Researchers at Mayo Clinic have developed an algorithm for sepsis detection based on the new Sepsis-3 definition. Their near real-time automated Sequential Organ Failure Assessment (SOFA) scoring has strong agreement with manual score calculation and may be useful for the detection of sepsis utilising the new Sepsis-3 definition. The study will appear in International Journal of Medical Informatics.
In early 2016, the Third International Consensus Definitions for Sepsis and Septic Shock (Sepsis-3) working group released a new operational definition of sepsis that included a change in SOFA score of at least two points compared to baseline SOFA score at admission (ΔSOFA). The updated definitions and clinical criteria were intended to “facilitate earlier recognition and more timely management of patients with sepsis or at risk of developing sepsis,” a goal aligned with current Surviving Sepsis Campaign guidelines.
The Sepsis Definition Task Force also proposed a new score (qSOFA) to identify patients with sepsis at high risk for bad outcomes outside of the ICU. The primary advantage of qSOFA is that it can be calculated quickly and repeatedly at the bedside and without any laboratory tests.
Regardless of which score is used for sepsis screening, frequent re-scoring imposes a non-trivial time and cognitive burden on clinicians during the information retrieval and clerical tasks required for score calculation. Strategies to reduce clinician workload could both aid early sepsis detection and improve clinical guideline adherence. Computerised automation is one method to achieve this goal.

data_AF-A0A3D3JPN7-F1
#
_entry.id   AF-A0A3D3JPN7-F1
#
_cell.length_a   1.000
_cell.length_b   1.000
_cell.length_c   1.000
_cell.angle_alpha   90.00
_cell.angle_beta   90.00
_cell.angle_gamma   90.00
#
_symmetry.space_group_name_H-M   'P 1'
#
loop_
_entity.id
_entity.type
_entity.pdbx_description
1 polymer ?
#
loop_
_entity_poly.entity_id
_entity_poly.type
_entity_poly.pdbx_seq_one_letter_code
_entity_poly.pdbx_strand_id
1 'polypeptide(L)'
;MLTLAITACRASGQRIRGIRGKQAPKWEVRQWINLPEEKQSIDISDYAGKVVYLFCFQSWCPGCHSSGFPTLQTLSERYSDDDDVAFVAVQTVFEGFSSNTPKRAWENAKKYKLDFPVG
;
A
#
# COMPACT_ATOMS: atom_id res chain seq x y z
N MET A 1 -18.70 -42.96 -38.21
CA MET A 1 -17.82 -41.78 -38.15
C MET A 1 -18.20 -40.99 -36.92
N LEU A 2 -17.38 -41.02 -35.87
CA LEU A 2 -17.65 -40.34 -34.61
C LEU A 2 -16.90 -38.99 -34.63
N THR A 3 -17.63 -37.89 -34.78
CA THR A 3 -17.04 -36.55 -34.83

For this study, the Mayo team designed a fully automatic algorithm to calculate the SOFA score in near real-time, prospectively compared the algorithm performance with standard manual scoring, and developed an Electronic Health Record (EHR) integrated SOFA automatic score calculator module to track current and previous SOFA score calculations to assist critical care clinicians with early sepsis detection.
The team prospectively compared the accuracy of automated versus manual calculation for a sample of patients admitted to the medical intensive care unit at Mayo Clinic Hospitals in Rochester, Minnesota and Jacksonville, Florida. Random spot check comparisons were performed 134 times on 27 unique patients, and daily SOFA score comparisons were performed for 215 patients over a total of 1,206 patient days. Agreement between automatically scored and manually scored SOFA components for both random spot checks (696 pairs, κ = 0.89) and daily calculation (5,972 pairs, κ = 0.89) was high. 147 patients were at risk of developing sepsis after intensive care unit admission, 10 later developed sepsis confirmed by chart review. All were identified before onset of sepsis with the ΔSOFA ≥ 2 point criterion and 46 patients were false-positives.
"Our study is not the first attempt at SOFA score automation, but it is the first to adapt the score for repeated calculation in near real-time," the authors write. "Our automated SOFA calculator algorithm can also be utilised at the bedside without extra effort and may offer a more robust assessment through the inclusion of laboratory data and more sensitive respiratory information."
However, further studies are needed to prospectively evaluate the performance of SOFA and qSOFA in early sepsis detection, the authors said, adding that validated automated calculation methods could be used in these studies.